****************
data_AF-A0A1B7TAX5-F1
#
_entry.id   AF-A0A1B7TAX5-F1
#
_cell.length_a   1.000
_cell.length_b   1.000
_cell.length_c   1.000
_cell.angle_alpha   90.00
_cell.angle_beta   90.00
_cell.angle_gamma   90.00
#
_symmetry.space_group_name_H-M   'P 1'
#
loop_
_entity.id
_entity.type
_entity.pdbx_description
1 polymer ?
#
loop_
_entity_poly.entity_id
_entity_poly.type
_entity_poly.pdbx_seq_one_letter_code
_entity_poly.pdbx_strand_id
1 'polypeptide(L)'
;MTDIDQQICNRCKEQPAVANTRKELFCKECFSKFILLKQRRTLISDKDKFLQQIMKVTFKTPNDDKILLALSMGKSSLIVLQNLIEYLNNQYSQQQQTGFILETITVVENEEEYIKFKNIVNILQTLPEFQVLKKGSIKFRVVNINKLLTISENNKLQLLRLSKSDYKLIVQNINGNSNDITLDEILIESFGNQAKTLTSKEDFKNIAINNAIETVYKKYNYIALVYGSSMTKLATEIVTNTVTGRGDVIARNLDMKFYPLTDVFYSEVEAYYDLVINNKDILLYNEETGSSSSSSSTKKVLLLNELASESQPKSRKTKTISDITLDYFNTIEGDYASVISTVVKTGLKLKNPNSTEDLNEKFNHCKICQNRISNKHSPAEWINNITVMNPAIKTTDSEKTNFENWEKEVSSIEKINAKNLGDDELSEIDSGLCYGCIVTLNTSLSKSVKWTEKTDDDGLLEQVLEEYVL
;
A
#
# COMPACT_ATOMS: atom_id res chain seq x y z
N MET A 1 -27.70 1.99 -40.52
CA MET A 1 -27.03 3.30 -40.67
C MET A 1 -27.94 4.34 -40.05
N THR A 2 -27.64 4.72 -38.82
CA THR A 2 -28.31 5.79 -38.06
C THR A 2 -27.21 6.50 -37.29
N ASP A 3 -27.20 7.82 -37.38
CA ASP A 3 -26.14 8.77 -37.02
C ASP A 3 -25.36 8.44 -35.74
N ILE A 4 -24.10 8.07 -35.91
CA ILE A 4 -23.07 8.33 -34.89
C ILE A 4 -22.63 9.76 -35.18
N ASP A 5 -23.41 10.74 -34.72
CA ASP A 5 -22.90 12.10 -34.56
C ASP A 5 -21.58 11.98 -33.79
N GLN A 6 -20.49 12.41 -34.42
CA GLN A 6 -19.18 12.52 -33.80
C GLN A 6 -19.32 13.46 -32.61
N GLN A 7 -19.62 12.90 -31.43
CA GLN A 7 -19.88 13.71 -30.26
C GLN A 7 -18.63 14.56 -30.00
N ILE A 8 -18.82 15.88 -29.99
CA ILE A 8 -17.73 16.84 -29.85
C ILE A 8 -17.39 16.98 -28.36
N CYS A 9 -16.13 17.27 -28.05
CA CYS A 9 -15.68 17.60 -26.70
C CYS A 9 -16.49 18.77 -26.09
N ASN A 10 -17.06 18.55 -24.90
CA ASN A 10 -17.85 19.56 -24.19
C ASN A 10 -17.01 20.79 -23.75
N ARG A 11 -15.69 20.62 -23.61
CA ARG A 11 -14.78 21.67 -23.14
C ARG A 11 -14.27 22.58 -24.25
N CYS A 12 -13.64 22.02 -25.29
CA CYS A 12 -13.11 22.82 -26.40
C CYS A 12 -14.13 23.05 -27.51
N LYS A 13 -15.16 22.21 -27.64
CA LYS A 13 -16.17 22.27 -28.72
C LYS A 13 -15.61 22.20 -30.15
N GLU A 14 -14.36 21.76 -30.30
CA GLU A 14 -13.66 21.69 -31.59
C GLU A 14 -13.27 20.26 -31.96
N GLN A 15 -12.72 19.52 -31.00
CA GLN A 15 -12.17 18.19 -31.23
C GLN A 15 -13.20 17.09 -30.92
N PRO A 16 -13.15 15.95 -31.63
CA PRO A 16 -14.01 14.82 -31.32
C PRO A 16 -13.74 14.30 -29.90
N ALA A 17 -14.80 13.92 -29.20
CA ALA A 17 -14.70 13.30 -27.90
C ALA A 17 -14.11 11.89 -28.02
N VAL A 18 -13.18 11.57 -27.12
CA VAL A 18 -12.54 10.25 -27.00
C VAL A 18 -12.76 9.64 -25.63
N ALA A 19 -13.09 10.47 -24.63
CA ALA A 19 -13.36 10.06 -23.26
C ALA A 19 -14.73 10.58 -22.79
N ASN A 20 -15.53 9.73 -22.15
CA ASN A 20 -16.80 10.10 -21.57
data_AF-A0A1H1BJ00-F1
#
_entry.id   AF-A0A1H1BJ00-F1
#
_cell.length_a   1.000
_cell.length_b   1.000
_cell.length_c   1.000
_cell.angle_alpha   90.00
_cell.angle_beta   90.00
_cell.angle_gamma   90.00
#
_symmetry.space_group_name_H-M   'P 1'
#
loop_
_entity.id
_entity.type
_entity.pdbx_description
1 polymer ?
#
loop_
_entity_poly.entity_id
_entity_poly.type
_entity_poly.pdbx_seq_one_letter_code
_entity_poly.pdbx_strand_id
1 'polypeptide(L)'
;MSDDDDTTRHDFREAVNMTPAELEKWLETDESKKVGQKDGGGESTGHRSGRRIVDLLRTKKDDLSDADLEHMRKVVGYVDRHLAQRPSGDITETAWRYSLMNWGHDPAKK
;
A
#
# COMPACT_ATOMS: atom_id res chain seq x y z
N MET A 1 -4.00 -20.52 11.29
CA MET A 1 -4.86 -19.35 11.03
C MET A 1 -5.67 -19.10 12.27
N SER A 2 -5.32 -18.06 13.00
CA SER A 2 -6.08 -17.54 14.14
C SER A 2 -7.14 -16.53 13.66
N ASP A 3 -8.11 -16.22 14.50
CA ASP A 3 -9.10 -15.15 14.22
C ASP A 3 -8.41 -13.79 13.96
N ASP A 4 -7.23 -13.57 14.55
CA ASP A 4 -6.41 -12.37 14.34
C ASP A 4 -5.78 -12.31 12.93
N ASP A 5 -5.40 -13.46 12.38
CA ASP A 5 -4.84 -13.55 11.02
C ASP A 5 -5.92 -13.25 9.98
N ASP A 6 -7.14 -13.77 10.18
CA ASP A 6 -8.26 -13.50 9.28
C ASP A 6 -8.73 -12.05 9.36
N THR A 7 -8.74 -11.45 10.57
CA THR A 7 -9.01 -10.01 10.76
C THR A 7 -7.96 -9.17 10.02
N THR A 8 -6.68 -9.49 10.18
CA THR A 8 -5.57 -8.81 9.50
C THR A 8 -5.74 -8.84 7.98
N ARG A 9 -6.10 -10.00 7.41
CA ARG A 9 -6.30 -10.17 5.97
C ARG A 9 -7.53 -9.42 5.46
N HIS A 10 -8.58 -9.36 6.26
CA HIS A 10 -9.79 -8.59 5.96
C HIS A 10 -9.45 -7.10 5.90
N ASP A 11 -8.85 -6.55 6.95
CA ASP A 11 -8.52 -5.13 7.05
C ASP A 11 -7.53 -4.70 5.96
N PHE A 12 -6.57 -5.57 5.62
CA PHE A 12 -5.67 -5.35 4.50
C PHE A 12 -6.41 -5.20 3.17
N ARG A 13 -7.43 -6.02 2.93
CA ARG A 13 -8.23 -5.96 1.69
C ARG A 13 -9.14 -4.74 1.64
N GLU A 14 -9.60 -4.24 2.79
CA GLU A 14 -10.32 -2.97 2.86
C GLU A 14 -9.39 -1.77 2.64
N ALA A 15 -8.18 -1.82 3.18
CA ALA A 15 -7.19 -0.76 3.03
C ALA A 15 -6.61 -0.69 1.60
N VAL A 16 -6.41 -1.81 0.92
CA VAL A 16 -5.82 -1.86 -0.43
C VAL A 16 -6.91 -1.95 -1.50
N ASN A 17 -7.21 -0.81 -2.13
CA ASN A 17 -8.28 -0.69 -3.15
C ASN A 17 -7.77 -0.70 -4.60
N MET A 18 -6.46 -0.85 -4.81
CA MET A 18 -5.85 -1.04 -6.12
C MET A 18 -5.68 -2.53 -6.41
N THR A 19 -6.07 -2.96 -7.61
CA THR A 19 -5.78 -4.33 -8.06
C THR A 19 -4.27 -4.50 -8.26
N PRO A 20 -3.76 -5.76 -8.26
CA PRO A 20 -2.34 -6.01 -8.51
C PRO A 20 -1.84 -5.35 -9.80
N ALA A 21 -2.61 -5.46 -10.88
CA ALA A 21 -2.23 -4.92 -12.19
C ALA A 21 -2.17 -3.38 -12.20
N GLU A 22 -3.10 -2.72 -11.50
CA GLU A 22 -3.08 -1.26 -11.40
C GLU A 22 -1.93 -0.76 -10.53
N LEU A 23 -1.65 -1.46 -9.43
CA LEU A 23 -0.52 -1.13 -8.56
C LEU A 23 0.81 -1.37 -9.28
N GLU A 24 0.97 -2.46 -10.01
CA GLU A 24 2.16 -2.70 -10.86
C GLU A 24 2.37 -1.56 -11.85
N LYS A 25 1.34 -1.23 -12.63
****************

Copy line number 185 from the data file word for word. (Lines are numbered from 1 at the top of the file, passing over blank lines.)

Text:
C GLU A 22 -1.93 -0.76 -10.53